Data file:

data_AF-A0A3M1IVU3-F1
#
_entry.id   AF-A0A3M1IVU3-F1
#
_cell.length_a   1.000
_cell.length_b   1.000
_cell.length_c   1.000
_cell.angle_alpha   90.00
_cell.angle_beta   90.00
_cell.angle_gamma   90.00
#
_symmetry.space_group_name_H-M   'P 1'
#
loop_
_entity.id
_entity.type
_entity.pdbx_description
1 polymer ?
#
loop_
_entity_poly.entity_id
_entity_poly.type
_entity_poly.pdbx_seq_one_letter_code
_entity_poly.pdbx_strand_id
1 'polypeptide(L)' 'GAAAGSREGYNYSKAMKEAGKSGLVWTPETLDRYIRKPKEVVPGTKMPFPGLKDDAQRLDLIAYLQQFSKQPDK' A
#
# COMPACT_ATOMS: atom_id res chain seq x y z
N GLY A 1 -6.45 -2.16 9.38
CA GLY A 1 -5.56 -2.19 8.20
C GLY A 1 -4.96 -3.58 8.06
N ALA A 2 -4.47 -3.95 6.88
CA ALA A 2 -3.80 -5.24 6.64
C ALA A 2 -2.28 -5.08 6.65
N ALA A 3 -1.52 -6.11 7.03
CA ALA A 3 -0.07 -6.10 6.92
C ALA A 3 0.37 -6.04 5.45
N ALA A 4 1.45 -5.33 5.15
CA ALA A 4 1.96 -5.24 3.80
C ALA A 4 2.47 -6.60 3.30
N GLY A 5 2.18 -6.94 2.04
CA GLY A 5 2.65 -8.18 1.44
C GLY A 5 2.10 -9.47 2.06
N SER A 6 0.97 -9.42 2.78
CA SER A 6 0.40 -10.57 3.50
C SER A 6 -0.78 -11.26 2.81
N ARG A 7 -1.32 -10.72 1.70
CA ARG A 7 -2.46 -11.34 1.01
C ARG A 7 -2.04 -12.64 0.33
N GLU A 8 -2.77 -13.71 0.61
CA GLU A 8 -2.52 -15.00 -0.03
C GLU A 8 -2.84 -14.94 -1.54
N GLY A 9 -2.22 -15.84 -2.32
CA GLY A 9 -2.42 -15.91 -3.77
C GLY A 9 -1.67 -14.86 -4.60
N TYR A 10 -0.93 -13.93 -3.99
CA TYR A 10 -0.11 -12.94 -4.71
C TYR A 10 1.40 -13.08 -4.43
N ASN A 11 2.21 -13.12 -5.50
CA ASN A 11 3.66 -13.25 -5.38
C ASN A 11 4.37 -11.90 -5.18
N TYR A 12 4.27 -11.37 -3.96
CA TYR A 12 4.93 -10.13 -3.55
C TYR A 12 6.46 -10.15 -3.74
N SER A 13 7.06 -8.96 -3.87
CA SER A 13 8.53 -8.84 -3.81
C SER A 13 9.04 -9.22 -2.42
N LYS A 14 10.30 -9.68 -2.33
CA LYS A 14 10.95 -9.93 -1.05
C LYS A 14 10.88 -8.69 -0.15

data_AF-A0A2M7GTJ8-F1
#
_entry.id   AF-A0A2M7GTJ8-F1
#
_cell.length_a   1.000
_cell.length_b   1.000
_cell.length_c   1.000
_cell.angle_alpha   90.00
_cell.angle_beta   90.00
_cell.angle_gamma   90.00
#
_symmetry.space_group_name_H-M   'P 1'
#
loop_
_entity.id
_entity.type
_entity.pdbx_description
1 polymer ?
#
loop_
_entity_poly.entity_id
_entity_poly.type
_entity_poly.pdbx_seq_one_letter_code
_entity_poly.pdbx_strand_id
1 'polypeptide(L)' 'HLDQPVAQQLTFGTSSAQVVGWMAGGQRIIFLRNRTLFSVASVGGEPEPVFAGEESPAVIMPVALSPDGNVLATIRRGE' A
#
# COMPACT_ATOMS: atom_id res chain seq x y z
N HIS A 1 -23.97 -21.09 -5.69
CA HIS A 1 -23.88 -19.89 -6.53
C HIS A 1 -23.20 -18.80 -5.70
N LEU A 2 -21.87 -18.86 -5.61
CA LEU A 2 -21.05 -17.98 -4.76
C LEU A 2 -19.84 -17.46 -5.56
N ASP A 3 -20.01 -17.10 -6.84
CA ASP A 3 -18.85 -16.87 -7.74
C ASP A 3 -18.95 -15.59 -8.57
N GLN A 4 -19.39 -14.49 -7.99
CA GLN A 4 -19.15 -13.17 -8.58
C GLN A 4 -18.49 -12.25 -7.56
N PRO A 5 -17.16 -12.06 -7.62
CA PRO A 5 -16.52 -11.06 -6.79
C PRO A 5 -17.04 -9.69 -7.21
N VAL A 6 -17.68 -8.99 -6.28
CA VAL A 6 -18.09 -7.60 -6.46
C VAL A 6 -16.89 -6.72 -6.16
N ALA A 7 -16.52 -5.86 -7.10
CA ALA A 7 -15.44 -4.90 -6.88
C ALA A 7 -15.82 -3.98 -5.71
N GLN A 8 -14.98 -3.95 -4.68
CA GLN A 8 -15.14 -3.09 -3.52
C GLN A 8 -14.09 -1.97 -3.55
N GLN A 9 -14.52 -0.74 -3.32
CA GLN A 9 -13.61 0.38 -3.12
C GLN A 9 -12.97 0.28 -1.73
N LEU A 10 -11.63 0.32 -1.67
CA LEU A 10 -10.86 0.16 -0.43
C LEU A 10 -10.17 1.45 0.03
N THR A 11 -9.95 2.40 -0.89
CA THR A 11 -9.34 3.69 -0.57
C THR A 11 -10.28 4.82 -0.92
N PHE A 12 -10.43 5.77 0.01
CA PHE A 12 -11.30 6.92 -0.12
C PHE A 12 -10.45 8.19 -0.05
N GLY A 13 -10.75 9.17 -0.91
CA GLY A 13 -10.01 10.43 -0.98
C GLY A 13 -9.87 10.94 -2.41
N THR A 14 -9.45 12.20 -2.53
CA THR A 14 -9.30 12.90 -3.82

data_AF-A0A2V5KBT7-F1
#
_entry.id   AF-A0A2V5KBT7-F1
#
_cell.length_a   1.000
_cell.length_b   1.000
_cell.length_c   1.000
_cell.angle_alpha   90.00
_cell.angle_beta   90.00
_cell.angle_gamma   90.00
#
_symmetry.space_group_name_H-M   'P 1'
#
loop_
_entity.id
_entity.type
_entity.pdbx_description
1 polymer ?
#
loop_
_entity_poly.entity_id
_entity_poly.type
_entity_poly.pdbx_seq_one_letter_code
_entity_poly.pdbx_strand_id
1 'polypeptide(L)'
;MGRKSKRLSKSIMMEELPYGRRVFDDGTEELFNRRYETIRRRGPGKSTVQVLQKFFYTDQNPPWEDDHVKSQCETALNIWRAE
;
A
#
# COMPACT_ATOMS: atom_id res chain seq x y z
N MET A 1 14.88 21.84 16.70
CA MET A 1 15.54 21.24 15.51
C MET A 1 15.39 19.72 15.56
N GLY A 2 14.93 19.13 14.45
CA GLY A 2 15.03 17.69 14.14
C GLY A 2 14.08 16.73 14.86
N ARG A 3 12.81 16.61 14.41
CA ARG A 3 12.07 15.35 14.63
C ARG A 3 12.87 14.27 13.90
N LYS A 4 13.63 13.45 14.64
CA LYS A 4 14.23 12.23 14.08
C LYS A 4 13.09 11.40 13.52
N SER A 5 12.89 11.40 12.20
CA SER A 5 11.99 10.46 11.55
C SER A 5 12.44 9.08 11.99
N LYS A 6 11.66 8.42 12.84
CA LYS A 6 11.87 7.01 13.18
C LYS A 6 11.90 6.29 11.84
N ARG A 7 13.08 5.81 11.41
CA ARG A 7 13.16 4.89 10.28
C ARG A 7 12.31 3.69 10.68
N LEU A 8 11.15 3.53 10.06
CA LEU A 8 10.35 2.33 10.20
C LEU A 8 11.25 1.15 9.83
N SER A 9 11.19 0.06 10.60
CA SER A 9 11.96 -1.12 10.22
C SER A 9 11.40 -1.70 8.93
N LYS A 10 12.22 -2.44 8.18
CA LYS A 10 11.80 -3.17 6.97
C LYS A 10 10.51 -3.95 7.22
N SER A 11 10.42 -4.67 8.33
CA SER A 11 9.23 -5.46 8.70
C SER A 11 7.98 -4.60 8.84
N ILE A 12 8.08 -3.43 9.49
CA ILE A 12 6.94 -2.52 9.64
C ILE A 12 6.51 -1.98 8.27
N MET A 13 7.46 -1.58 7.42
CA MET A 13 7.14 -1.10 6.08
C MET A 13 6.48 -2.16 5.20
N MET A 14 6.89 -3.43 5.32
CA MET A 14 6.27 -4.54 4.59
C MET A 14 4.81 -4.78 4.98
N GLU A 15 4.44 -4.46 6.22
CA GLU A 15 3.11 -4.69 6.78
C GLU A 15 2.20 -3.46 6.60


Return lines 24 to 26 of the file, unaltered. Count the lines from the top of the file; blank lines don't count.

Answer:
_entity_poly.pdbx_strand_id
1 'polypeptide(L)' 'GAAAGSREGYNYSKAMKEAGKSGLVWTPETLDRYIRKPKEVVPGTKMPFPGLKDDAQRLDLIAYLQQFSKQPDK' A
#